"Wem gehört das Wörterbuch?"

Translation:Whom does the dictionary belong to?

December 5, 2013

This discussion is locked.


Isn't it also possible to turn the sentence instead of "Whom does the dictionary belong to?" also in the way of "To whom belongs the dictionary?"


Close! "To whom does the dictionary belong?" is actually a more correct, yet less colloquial translation. So many people end sentences with prepositions today... sigh


I used to believe that old rule about ending sentences with a preposition as well. But we all know that no one actually says things like "on what did you step?" It is natural to say "What did you step on?" There are many links out there that debunk the myth. Yes, you can end sentences with a preposition. http://www.oxforddictionaries.com/words/ending-sentences-with-prepositions


Up with that I will not put!


As Daria said, you're allowed to end English sentences with prepositions, mostly because English is a Germanic language.


Well, I learned in school that when an sentence ends in a prepotion that prepotion turms into an adverb. That might only aply to Icelandic though.


Deep sigh from a retired sub-editor.


‘To whom does this ......belong?’ is grammatically correct, but most people would say ‘Who does this ....belong to?’ as it sounds more natural nowadays.


"Who does this dictionary belong to?" should count, because most English speakers rarely use the word "Whom".


"Whose dictionary is this?" was accepted for me. Wouldn't it be more Hochdeutsch if someone would use the genitive form "Wessen Wörterbuch ist das ?" A german friend told me that the genitive form (Wessen) is grammatically correct whereas the dative form (Wem gehört) is false. On this website http://www.mein-deutschbuch.de/lernen.php?menu_id=56 I found that the dative form is an alternative for genitive form. My question is: which form is gramatically correct ? I mean in the written language, not in the speaking language, where people tend to make sentences simpler and use the most common words which can lead to grammatical mistakes.


I am a native English speaker from Idaho and Canada. The word "whom" is falling out of favor no matter where you place it in the sentence, even with copy editors. They prefer to avoid potential grammatical arguments with less troublesome, and more palatable alternatives such as: Who owns this book? Who's book is this? Does this book belong to anyone? But having said this. I don't believe that spoken language should even have grammatical RULES per say. Speakers should be allowed to communicate in natural and also in creative ways and listeners should not get up tight (or even up tite) in how people communicate their thoughts or thots.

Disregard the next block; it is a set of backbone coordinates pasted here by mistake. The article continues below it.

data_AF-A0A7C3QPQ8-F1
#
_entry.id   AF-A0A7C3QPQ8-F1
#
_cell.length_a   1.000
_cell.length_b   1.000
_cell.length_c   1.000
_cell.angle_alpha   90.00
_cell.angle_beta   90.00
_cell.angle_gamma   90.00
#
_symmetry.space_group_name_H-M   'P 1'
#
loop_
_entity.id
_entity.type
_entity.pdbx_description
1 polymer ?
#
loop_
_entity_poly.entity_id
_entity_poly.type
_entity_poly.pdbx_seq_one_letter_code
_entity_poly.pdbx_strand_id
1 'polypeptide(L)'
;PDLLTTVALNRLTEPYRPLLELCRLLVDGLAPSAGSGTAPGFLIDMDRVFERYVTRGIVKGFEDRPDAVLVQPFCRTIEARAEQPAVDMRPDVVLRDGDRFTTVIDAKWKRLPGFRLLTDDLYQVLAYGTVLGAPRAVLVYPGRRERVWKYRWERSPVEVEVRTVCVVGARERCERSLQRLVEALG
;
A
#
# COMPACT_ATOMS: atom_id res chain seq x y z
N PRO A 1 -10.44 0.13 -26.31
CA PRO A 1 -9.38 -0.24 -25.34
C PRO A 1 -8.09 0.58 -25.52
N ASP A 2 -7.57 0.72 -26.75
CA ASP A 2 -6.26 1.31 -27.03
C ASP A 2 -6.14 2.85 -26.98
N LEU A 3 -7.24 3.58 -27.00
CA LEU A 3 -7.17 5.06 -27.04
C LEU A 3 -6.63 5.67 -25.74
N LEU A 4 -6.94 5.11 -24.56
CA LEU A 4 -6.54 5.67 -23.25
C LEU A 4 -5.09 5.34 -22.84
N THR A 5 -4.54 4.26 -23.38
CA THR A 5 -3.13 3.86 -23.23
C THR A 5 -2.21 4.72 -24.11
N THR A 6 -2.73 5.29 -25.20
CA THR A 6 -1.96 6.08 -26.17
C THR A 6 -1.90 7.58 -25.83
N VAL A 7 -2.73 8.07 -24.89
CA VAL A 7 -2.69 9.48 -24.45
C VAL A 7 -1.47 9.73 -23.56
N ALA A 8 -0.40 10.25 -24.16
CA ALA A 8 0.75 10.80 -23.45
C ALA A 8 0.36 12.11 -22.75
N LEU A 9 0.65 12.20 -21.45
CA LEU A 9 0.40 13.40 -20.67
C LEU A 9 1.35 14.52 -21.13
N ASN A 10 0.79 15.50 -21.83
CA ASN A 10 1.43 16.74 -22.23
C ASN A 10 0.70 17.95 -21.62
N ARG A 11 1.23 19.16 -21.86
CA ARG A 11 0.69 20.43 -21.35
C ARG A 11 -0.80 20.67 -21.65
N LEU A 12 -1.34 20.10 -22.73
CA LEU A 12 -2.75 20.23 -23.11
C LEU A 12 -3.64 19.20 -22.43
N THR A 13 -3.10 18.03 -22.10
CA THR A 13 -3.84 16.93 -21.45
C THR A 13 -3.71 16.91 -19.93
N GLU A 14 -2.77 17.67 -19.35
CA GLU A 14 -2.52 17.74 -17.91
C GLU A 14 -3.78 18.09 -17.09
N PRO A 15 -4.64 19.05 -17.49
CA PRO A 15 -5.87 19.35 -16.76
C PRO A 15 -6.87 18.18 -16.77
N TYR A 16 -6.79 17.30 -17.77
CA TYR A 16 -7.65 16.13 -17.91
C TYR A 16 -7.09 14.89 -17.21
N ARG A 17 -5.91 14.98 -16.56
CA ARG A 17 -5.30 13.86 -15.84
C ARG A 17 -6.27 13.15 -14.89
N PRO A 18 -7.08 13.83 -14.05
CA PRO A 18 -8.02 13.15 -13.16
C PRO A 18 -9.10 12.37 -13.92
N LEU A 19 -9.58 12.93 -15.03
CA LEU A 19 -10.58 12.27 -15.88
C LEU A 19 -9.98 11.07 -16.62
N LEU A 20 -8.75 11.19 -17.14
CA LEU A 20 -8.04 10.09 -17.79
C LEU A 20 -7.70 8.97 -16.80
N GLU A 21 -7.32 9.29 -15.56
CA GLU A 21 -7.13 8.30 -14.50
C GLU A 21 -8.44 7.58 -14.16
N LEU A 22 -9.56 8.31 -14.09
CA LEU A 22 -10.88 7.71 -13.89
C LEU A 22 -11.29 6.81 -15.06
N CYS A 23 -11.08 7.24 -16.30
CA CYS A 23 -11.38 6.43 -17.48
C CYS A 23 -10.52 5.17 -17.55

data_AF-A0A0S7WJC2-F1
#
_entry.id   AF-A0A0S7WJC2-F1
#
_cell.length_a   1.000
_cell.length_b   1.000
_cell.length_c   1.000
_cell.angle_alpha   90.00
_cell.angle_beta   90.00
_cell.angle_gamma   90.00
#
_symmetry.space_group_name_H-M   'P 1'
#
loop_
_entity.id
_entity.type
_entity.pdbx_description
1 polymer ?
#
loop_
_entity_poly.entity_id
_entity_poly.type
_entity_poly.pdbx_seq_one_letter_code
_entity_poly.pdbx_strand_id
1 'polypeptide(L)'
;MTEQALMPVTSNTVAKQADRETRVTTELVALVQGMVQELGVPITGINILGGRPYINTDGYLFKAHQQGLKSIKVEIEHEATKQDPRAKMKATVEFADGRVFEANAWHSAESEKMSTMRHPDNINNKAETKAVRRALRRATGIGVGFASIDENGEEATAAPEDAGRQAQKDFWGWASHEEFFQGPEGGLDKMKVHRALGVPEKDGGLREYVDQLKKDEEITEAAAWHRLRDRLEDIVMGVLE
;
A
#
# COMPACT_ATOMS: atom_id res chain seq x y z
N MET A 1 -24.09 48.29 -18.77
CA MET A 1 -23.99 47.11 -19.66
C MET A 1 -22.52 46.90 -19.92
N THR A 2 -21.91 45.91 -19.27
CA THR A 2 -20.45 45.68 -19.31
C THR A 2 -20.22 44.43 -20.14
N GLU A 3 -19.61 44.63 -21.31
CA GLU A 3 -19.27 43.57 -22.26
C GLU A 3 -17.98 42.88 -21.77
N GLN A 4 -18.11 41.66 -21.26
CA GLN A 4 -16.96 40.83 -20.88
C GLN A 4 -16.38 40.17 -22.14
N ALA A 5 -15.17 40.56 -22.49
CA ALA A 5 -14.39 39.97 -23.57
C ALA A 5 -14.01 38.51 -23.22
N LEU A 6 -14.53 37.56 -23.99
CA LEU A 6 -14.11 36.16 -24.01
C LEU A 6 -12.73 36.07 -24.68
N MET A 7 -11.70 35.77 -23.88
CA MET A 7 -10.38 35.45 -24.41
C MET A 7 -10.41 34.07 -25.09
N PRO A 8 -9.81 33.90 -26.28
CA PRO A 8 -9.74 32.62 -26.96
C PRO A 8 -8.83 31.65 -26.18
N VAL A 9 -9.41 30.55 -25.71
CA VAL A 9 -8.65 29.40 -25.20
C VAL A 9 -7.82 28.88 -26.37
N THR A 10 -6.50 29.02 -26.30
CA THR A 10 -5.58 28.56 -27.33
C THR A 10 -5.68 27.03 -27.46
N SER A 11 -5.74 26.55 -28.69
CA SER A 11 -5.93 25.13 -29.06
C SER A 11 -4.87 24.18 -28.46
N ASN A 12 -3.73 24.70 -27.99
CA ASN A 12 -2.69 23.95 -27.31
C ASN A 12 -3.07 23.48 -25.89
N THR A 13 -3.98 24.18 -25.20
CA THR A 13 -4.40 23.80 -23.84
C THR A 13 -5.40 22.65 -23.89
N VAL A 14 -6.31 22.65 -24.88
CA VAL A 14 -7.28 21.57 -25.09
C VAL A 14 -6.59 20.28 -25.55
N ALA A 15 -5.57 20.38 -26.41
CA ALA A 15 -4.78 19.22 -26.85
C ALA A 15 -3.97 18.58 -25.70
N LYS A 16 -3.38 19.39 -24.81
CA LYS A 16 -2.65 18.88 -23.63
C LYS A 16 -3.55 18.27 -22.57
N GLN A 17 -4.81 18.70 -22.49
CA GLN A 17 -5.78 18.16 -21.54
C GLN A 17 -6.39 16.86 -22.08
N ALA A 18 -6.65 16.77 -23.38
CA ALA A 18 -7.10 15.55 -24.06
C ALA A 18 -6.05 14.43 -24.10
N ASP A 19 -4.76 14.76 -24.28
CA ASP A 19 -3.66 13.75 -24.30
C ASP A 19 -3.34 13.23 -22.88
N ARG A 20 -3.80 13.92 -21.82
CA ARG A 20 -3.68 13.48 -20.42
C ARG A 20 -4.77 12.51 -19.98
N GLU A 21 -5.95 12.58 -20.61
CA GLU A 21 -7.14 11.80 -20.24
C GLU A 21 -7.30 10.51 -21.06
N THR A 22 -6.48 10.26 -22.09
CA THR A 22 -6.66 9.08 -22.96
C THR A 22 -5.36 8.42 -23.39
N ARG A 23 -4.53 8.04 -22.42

Yet I can't imagine saying, "To who does this book belong."


Certainly not "Who's book is this?"

I know you meant "Whose book is this?", I am only being pedantic because of the large number of non-native English speakers here.

However, as a native English speaker who does use "whom", I think it is good to teach learners to recognize it, and know the difference. We Americans all had to learn it in the fourth grade or whenever, even though we promptly forgot it after the test.


To whom does this dictionary belong? I got this right because I guessed Duo would accept the pedantically correct version, even though I would never ever say, or hear this used, in everyday life. People would think that you were a real stuffed shirt.


"Who owns the dictionary?" is accepted :)


I entered those exact words and they were rejected.


"Whose dictionary is this?" Not accepted... If the first suggested understanding of "wem gehort" is "whose is," this should be no problem...


It is the dative case of "wer", which means "who".


I believe that this sentence should read "To whom does this book belong"


Sometimes it makes sense to end a sentence with a preposition in English. But here's why people say "You should never use a preposition to end a sentence with." ;-) Just omit the "with" -- YOU DON'T NEED IT! "Where's the party at?" Just omit the "at" -- YOU DON'T NEED IT! "What did you step on?" Sure, I'd say or write that. No problem.

Learn German in just 5 minutes a day. For free.